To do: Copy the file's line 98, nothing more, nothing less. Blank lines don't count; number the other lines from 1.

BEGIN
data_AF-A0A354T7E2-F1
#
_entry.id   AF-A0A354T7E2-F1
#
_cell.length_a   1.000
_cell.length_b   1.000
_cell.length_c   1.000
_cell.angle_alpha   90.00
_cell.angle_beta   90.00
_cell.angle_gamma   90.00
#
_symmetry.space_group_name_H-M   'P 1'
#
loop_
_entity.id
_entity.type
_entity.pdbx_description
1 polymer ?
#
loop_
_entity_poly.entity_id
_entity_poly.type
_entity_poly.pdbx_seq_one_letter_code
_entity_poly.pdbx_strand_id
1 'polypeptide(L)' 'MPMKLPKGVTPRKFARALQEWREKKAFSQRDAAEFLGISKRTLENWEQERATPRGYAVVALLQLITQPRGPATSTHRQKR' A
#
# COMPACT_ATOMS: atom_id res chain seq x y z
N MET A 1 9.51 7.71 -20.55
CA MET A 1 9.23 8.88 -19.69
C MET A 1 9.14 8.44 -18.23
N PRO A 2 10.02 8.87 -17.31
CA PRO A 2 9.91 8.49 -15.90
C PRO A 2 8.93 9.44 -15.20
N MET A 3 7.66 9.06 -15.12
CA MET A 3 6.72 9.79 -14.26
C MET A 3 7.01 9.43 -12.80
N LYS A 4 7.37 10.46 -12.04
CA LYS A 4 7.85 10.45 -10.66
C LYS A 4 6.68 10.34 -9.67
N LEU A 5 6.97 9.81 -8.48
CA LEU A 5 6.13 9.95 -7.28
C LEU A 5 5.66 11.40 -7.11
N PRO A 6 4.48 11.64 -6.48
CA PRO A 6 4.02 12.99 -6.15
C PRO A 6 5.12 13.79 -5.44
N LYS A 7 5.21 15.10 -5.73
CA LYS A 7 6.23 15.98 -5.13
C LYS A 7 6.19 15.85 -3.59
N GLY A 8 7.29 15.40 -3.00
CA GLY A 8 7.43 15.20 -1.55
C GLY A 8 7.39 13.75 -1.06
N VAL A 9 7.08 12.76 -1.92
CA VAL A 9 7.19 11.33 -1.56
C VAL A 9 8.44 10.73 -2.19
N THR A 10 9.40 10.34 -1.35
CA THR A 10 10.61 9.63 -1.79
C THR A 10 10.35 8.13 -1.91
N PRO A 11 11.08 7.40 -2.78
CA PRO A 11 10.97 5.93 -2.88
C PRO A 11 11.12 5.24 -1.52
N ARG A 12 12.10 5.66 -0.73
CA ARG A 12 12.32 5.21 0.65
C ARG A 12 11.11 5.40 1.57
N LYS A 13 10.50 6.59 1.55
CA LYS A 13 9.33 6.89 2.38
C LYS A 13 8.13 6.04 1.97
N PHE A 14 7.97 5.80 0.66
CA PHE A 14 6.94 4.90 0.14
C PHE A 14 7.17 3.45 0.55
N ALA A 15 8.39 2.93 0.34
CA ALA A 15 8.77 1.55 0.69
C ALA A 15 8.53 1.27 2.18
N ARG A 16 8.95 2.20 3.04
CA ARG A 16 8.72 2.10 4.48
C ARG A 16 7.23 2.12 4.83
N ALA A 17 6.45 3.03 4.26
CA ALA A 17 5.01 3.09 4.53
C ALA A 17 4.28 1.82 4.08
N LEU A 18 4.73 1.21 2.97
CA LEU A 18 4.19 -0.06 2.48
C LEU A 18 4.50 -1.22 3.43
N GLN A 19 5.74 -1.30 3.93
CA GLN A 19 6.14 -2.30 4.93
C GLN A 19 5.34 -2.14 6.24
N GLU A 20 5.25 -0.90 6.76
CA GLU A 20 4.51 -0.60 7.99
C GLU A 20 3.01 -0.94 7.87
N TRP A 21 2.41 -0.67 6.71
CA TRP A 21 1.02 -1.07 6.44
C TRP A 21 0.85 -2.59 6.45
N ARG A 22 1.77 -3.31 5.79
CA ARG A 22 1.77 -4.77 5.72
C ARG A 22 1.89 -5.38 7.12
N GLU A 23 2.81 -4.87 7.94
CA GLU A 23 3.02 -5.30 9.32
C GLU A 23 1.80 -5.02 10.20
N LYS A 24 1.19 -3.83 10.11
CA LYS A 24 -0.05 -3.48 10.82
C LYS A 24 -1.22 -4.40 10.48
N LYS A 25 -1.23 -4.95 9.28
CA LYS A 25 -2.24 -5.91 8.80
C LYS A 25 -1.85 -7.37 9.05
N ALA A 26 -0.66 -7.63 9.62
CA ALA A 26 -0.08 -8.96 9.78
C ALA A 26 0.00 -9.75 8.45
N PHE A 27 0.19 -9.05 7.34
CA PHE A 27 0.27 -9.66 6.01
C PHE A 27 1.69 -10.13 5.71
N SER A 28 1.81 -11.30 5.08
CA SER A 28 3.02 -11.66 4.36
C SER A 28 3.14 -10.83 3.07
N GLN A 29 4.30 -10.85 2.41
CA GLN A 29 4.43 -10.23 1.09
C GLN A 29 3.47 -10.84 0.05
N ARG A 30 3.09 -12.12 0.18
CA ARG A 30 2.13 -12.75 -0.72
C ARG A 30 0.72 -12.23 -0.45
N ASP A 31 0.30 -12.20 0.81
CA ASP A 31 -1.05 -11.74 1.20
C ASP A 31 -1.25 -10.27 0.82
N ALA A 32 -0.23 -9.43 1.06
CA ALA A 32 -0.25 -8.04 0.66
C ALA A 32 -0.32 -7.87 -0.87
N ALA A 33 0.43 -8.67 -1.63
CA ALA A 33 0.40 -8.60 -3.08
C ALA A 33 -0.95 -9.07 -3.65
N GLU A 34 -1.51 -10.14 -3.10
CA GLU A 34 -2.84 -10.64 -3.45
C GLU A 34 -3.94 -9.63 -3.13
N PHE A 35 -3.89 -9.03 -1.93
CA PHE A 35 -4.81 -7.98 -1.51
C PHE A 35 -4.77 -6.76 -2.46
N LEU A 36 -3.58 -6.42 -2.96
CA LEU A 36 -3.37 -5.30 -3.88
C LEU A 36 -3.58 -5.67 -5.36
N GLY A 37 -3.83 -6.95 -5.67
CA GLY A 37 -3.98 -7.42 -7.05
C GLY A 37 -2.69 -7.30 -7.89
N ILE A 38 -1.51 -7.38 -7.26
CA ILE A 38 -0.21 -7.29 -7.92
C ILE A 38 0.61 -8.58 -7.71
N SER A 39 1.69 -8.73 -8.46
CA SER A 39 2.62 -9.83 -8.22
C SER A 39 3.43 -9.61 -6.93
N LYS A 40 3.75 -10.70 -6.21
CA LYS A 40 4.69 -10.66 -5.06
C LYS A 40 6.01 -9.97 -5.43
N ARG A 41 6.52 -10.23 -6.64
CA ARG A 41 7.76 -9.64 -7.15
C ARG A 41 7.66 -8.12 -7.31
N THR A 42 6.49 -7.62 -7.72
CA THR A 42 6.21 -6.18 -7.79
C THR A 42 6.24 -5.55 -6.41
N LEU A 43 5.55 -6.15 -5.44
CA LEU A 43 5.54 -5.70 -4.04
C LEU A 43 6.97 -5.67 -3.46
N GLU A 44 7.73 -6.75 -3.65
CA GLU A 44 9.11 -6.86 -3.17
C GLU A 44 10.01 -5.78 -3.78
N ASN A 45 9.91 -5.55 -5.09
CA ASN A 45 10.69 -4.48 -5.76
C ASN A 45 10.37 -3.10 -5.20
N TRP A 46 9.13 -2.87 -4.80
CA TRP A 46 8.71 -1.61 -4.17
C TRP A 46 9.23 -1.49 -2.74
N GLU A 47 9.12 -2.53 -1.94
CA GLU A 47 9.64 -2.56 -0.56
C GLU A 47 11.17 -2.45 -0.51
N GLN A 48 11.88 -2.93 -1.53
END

CA LYS A 24 -0.05 -3.48 10.82